⦁ The Pride House, along with the additional UI Cultural Centers and areas within Multicultural and International Student Support and Engagement (MISSE), will follow university COVID-19 guidelines, including recommendations surrounding the gathering of students. We must put our UI community’s holistic safety and wellness first when deciding the appropriate time to reopen. Centering safety is especially important when supporting marginalized communities, as data repeatedly show disproportionately negative impacts of COVID-19, including ongoing healthcare disparities.
⦁ Does the Pride Alliance Center have any plans for Homecoming (in-person or virtual)?
⦁ We are grateful to have an ongoing partnership between MISSE and the Homecoming team. We have an annual event called the Multicultural Block Party. Although this event typically involves music, performances, food, and community across all the UI Cultural Centers, this year’s block party has taken to an online platform. The Homecoming Instagram account (@uihomecoming) is offering a gift card giveaway to eight people who follow at least 2 of the MISSE accounts (@uiowaafrohouse; @uiowalnacc; @uiowaapacc; @uiowapridehouse; @uiowaisse) and share a comment on their post. What is especially cool about this giveaway, is that all the gift cards come from four local businesses: Beno’s, Bollywood Grill, Mammita’s Coffee, and SugaPeach. (Side note: October is also LGBTQ+ History Month, which will bring some great programming our team has been working on!)
⦁ Have you heard feedback from new LGBTQ students on campus life (good or bad) about this very unusual year of school and COVID-19?
⦁ Students have been overall optimistic about the circumstances of this semester. Many of them imagined college as a time to gain independence, to explore all things our campus has to offer, and to make lifetime friendships. All of these goals can be achieved, but not in the way they had imagined. I’ve listened to a spectrum of new student responses, from disappointment regarding the difficulties of exploring campus from a dorm room, to excitement and gratitude that we are offering so many engagement opportunities in virtual spaces. I have truly been impressed with the resilience students have demonstrated through these holistically difficult times.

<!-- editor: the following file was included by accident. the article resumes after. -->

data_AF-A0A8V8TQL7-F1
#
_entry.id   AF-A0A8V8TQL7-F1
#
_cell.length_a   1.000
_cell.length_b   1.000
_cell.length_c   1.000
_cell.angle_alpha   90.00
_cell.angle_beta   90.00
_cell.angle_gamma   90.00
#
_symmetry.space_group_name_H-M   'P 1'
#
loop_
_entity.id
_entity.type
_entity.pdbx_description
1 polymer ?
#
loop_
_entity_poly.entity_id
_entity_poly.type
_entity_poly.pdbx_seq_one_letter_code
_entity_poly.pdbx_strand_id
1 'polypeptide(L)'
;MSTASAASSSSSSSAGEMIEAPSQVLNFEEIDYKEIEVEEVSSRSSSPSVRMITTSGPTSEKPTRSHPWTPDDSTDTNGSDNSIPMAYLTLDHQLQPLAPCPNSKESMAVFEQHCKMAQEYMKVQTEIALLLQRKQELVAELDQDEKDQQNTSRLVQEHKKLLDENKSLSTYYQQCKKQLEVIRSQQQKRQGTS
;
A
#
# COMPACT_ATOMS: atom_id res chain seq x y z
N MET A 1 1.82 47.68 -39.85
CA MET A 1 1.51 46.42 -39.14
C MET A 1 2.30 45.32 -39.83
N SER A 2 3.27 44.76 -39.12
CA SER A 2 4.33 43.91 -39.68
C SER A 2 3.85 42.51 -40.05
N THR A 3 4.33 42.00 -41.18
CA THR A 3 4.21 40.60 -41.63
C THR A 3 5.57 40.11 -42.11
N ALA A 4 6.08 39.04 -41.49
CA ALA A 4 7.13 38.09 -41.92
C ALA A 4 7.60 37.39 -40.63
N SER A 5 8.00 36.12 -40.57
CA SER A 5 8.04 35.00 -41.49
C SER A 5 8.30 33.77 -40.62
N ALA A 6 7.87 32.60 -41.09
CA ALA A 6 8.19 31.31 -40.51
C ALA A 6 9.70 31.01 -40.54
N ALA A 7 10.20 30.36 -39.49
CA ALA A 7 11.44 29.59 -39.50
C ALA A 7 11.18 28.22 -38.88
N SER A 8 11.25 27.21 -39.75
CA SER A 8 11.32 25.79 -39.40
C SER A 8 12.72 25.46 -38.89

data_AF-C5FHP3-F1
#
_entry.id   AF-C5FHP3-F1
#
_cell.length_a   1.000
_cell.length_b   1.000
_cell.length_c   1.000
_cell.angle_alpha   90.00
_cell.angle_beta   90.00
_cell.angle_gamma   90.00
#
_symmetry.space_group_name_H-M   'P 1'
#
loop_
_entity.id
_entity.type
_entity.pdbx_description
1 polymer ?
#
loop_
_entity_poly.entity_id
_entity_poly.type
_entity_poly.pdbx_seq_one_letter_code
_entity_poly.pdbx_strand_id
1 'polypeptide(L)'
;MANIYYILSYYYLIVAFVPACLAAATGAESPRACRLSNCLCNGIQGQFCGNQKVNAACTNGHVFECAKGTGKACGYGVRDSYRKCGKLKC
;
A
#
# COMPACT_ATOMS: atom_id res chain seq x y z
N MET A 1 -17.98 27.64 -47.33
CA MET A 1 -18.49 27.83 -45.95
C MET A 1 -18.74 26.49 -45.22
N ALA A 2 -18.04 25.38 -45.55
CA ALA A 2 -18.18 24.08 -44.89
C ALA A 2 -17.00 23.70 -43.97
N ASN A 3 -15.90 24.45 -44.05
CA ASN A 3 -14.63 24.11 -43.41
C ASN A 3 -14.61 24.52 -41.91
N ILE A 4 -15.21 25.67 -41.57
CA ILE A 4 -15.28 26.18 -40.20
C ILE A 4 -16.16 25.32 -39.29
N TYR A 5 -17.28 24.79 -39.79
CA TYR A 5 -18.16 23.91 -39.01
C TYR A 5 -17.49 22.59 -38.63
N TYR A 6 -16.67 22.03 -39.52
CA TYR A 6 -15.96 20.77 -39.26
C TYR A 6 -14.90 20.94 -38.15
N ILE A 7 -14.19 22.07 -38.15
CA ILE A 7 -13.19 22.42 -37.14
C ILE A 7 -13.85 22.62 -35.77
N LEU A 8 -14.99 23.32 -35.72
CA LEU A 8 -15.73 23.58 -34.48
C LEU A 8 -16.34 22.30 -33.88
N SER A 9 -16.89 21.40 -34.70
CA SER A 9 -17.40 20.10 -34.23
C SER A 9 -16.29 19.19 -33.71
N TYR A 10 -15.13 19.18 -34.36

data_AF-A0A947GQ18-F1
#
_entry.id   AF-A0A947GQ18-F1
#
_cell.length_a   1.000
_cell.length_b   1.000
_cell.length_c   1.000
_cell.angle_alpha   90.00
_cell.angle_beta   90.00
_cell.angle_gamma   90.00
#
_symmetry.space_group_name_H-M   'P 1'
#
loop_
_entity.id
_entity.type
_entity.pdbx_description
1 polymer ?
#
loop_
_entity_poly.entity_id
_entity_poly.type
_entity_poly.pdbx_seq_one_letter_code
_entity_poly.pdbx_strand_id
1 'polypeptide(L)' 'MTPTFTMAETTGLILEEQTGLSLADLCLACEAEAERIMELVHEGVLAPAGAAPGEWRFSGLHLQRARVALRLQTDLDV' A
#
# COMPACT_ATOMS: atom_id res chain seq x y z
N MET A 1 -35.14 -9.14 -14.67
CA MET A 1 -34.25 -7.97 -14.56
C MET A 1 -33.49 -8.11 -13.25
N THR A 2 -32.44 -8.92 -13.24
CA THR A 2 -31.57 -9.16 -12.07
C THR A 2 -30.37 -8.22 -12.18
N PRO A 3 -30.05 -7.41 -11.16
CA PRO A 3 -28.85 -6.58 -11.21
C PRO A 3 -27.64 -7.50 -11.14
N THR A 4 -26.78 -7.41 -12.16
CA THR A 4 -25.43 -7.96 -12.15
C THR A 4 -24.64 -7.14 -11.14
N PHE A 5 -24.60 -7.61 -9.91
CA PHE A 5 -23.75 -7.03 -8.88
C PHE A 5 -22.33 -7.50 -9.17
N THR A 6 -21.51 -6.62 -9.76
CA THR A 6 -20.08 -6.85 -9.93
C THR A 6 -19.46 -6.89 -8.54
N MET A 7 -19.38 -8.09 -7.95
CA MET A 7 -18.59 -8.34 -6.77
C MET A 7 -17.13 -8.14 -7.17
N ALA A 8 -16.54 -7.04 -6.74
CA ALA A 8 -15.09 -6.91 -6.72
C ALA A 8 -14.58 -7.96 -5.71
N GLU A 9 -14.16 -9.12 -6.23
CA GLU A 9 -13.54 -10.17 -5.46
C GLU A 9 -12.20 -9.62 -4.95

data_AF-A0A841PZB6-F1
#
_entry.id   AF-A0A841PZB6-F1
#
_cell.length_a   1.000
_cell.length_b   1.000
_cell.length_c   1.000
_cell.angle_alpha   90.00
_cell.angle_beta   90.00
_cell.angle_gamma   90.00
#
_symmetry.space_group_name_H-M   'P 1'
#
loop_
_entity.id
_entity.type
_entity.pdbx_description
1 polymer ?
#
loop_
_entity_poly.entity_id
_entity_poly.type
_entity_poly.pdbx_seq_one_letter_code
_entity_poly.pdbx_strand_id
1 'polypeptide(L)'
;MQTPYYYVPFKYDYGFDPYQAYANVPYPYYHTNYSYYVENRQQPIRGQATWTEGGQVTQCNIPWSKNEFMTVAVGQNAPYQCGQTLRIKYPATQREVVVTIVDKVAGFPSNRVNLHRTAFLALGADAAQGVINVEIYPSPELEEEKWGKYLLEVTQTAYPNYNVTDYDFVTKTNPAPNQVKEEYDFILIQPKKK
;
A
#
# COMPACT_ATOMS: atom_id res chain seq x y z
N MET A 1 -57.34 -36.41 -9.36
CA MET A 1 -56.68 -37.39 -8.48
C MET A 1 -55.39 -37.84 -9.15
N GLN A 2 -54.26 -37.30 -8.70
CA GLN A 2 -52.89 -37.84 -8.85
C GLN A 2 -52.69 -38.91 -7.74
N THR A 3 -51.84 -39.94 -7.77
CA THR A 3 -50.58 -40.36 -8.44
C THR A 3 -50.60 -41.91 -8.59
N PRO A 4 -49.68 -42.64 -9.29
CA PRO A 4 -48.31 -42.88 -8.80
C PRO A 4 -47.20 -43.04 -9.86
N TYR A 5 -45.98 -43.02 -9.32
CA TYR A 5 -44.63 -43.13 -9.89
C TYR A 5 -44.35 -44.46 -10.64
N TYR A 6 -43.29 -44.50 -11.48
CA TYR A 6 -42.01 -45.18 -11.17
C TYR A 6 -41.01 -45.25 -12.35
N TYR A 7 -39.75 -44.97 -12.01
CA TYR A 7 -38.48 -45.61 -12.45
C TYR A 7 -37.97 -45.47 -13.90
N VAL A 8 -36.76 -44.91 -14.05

⦁ I know the UI has a lot to offer LGBTQ students but finding a central portal that online or in-person appears to be a real challenge for new students given all the closures and high turnover in the diversity office. Do you have any final thoughts on how UI handles its LGBTQ student population in terms of offering a welcoming environment and an opportunity to find social opportunities?
⦁ Since beginning my role in October 2019, I have collaborated with several dedicated campus partners and have been on numerous committees who have created initiatives to support LGBTQ+ UI students. I can say with confidence that the (countless) folx I have had the pleasure of working with at the University of Iowa do their best to foster a welcoming and inclusive environment. I can also say that there’s always room for growth when it comes to centralizing information and resources. Now more than ever, when we rely on virtual spaces to share programming and social engagement opportunities, we recognize where we can fine-tune how this information exists. We can’t always control turnover, but we can maximize information centralization within departments to reduce progress loss when turnover does happen. Our goal is to support students as seamlessly as possible.